How to boost holiday spirits in a difficult year

‘This is about supporting employees through severe stress, isolation, loneliness when physical and financial wellbeing are at stake’

How to boost holiday spirits in a difficult year
Managers should encourage workers to take vacation time, even if they can’t travel, says one expert.

As the weather gets colder and thoughts turn to celebrating the holidays — albeit without the usual cohort of family and friends — how can employers help stressed-out employees feel a little more festive?

“Managers can find creative ways to bring their teams together virtually or perhaps, even better, give them the gift of time in some way to thank them for the inevitably stressful year and think about how they might support them by giving them a breather,” says Nani Vishwanath, people team manager at employee experience software company Limeade in Seattle.

Burnout and stress on the rise

The company recently conducted a survey of 1,000 employees (500 in managerial roles, 500 in non-managerial) and found troubling results when it came to burnout and stress.

“Seventy-two per cent of employees [said] they’re currently burned out versus 42 per cent pre-pandemic. That’s a pretty considerable jump,” says Vishwanath.

In addition, “42 per cent of folks are having more trouble sleeping at night [and] 54 per cent are indicating that they’re afraid of getting sick as being the most stressful aspect of their job,” says Vishwanath.

“We know there’s been an increase in stress and also increase in loneliness; that feeling of isolation across employees everywhere.”

Nani Vishwanath

The report also showed 49 per cent of employees reported lower energy levels for non-work-related activities and 33 per cent reported more alcohol or substance use than before.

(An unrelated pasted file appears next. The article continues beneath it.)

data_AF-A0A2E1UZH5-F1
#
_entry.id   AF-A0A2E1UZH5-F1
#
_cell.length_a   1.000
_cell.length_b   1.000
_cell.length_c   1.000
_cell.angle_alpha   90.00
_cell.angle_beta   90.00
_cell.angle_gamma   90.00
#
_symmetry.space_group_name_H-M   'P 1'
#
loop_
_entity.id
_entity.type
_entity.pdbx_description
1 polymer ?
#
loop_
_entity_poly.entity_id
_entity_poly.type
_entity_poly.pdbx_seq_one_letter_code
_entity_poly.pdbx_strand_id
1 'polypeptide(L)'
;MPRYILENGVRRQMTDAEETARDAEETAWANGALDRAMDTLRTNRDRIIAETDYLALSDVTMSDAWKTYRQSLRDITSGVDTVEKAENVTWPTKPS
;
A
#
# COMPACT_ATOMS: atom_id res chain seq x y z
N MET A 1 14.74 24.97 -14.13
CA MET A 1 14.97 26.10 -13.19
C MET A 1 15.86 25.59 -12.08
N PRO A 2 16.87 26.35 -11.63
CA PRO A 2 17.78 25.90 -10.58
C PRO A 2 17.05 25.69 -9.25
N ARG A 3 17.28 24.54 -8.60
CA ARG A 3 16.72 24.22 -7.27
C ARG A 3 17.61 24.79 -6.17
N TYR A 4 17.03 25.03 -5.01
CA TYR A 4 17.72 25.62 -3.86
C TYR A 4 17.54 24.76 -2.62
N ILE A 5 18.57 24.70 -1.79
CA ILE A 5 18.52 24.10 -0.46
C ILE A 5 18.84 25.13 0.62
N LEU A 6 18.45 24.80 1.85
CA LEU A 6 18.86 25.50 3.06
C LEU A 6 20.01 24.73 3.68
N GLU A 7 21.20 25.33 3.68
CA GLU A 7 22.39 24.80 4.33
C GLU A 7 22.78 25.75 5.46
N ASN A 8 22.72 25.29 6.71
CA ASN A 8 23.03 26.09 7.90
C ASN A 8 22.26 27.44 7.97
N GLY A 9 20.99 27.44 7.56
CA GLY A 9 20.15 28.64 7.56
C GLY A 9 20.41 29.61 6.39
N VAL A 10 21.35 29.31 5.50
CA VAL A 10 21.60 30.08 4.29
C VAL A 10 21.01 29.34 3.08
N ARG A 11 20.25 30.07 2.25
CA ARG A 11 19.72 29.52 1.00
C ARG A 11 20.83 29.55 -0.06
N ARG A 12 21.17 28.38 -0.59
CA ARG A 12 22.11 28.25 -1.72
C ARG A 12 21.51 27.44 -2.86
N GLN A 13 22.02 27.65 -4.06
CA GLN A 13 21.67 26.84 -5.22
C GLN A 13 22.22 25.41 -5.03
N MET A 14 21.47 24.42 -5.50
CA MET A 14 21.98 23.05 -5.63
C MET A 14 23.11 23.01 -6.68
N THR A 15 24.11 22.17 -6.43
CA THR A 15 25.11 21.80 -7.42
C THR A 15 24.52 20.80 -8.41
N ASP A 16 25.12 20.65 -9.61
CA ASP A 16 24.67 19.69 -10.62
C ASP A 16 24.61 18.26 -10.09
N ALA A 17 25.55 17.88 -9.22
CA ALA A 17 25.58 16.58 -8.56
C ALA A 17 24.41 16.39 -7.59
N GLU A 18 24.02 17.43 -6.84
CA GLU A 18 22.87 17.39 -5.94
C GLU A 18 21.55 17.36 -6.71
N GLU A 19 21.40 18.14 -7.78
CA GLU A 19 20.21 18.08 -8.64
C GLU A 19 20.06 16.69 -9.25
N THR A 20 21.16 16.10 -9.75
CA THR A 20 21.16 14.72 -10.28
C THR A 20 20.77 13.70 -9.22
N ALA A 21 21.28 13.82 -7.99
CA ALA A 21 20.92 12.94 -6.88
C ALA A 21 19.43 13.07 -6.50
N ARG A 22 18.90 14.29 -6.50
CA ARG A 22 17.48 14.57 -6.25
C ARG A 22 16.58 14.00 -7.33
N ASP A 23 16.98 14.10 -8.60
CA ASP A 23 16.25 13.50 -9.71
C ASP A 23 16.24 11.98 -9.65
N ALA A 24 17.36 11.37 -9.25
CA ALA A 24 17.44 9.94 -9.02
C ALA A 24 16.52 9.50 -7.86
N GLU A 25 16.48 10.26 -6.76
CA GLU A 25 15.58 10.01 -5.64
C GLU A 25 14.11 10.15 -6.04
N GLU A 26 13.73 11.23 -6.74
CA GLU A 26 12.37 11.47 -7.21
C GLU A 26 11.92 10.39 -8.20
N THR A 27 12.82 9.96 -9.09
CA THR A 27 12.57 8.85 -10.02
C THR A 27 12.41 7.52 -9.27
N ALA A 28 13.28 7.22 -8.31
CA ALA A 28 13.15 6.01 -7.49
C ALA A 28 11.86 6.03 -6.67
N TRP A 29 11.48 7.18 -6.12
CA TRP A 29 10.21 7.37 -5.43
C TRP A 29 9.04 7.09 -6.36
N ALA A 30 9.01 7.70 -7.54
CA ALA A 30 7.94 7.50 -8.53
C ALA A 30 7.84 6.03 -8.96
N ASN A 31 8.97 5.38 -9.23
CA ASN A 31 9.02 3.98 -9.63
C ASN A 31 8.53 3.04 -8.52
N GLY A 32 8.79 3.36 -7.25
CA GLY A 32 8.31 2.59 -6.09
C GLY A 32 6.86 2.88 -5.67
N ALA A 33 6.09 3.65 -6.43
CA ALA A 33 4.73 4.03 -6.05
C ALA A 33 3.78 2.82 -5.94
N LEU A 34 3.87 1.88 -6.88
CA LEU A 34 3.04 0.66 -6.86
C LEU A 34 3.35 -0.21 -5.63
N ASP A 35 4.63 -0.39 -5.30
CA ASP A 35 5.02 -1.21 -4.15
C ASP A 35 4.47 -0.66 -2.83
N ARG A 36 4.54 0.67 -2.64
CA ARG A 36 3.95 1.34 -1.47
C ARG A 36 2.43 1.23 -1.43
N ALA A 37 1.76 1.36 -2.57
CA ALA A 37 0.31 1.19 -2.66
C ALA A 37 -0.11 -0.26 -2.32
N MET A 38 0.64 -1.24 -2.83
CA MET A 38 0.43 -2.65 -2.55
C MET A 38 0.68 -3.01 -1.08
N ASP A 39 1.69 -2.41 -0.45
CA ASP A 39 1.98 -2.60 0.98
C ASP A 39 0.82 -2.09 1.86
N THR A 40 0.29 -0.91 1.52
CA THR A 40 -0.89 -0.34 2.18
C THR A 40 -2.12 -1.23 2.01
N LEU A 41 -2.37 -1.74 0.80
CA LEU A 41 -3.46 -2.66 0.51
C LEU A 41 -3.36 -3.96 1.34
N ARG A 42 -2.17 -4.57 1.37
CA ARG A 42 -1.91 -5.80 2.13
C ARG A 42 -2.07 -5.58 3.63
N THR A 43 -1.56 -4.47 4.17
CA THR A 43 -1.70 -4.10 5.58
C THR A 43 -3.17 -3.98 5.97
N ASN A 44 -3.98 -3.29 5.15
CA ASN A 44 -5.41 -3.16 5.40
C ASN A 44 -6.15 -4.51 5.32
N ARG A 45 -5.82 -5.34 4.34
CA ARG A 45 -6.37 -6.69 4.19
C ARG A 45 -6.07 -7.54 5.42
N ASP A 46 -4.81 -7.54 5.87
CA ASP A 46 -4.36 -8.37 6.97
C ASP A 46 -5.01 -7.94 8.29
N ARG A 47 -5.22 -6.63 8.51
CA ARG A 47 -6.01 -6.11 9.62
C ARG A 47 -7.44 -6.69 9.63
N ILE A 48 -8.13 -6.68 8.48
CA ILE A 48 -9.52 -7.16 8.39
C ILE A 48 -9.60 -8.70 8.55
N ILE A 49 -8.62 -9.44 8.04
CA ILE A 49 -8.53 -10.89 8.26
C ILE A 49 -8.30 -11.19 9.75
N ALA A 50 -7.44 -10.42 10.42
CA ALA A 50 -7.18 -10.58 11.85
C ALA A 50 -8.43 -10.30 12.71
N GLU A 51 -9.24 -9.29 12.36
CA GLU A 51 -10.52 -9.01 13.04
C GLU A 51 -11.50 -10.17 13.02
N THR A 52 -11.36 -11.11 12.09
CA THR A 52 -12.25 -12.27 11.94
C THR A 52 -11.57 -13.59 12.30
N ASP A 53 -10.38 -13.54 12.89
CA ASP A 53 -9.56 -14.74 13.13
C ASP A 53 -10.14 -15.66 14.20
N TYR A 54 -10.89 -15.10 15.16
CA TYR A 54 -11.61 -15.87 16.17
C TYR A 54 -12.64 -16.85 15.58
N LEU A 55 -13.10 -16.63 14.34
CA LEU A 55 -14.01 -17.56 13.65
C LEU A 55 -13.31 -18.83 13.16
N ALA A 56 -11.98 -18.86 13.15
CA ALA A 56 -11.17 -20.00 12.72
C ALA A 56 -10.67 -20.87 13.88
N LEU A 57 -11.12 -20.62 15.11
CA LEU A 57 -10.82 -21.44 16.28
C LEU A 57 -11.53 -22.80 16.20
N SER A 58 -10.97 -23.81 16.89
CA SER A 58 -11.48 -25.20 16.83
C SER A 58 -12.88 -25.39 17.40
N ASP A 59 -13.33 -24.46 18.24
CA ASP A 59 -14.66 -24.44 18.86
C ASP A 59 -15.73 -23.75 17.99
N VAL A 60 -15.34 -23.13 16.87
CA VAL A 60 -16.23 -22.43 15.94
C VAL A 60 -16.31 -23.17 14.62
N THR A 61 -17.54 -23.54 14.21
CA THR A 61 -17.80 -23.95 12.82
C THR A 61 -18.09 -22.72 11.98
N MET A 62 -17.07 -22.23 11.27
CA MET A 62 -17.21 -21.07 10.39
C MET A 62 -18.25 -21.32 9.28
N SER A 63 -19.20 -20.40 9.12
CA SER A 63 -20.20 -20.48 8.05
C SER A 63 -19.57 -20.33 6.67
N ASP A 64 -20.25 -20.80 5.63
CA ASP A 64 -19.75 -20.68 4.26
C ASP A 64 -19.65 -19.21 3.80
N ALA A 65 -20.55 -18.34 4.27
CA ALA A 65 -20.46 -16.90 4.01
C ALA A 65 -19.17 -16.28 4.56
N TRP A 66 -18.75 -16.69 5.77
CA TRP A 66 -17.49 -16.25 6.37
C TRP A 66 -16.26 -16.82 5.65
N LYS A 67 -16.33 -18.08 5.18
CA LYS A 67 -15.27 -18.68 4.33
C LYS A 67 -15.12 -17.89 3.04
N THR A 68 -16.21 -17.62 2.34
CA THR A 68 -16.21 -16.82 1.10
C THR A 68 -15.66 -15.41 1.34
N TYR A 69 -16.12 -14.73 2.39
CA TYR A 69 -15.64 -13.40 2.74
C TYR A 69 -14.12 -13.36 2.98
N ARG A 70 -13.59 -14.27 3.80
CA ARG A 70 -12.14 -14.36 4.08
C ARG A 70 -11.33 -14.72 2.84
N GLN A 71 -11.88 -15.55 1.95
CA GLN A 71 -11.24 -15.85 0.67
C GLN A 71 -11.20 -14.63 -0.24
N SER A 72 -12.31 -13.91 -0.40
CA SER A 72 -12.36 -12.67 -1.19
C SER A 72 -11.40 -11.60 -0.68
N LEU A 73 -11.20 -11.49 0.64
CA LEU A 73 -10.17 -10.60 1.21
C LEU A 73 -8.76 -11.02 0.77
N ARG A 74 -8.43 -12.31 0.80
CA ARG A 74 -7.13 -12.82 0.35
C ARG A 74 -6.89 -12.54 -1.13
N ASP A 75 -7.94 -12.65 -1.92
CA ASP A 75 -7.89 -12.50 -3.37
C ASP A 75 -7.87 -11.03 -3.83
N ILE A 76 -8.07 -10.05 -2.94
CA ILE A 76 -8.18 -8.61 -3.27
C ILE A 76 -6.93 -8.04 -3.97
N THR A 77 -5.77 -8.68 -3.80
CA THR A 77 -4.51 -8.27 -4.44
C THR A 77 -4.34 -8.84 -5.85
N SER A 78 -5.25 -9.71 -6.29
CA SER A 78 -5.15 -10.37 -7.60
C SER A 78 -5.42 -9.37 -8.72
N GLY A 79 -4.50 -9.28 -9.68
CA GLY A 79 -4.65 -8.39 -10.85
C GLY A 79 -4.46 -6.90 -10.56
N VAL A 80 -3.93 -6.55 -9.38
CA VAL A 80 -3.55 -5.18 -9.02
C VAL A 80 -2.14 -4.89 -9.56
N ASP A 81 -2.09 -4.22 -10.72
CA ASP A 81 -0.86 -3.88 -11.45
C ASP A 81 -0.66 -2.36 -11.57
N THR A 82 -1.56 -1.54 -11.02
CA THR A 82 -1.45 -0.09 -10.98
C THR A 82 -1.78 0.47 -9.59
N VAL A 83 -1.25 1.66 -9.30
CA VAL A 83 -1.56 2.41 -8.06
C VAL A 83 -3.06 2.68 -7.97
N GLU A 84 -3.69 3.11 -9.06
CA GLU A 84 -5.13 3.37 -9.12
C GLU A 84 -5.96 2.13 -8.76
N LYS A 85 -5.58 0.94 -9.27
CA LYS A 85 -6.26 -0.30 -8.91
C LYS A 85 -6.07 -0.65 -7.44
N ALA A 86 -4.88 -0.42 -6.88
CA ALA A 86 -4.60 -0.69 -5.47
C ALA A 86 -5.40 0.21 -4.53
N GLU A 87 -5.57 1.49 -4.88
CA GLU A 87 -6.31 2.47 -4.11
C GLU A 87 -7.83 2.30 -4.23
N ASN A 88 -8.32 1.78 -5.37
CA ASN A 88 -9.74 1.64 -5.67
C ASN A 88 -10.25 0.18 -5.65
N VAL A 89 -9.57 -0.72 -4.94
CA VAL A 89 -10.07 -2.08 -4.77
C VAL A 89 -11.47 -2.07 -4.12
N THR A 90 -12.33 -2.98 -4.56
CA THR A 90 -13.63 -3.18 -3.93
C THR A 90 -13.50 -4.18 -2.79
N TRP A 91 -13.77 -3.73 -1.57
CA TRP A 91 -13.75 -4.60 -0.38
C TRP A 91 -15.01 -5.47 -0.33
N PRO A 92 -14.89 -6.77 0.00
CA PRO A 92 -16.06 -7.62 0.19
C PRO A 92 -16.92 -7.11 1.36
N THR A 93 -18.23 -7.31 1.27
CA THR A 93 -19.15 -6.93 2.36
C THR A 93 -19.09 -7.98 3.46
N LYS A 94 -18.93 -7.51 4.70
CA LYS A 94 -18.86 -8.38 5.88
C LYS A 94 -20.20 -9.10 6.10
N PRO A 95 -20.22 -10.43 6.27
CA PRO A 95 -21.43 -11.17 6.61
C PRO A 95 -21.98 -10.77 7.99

More than half of Canadian workers say they are working weekends during the pandemic, according to another survey, and it’s important for managers to recognize the stressors that employees are facing, says an expert.

"This is a time about supporting employees through severe stress, isolation, loneliness [when] physical and financial wellbeing is at stake,” says Vishwanath. “How can a company show up for their people in a way that really addresses those needs and allows people to feel safe and secure at their workplace? That’s the priority.”

“This is a year to look inward at your programming and your resources, and recognize that people are struggling,” she says.

Taking time out

Despite not being able to travel as much in the past, managers should strongly encourage employees to schedule vacation time to combat the lower energy and decreased engagement, says Vishwanath.

“We’re also spending a lot of energy trying to get our people to really use their PTO [personal time off] this year. We know that many people are feeling differently about PTO with the absence of traditional vacations or travel but we know that break and that rest and reset is still incredibly important. Having a company urge their folks to use that time, despite the current circumstances, can also help with burnout,” she says.

Being creative with virtual entertainment is one of the best ways to connect remote employees, according to Vishwanath.

“We’ve had a number of teams that have done virtual paint nights, or virtual game events together, or even just virtual cooking or happy hours; just ways to connect us as employees rather than having to always be meeting for work.”

Recognition matters

And don’t forget to say thank you to employees who are often doing more work than ever, she says.

“Gratitude is incredibly important in the workplace, for leaders, managers, employees; if there’s space to demonstrate gratitude for one another, especially what has been a really challenging year, that will carry a lot of weight this holiday season.”

Take the time to discover who likes to receive what type of recognition is also crucial in most effectively delivering it, says Vishwanath.

“It’s important for managers specifically to understand how their team likes to be recognized... Some folks really get a lot of motivation out of public recognition, whereas other folks really appreciate a heartfelt note or perhaps a note to their manager or teammate to congratulate them on a job well done. It’s important to really personalize the gratitude or recognition.”

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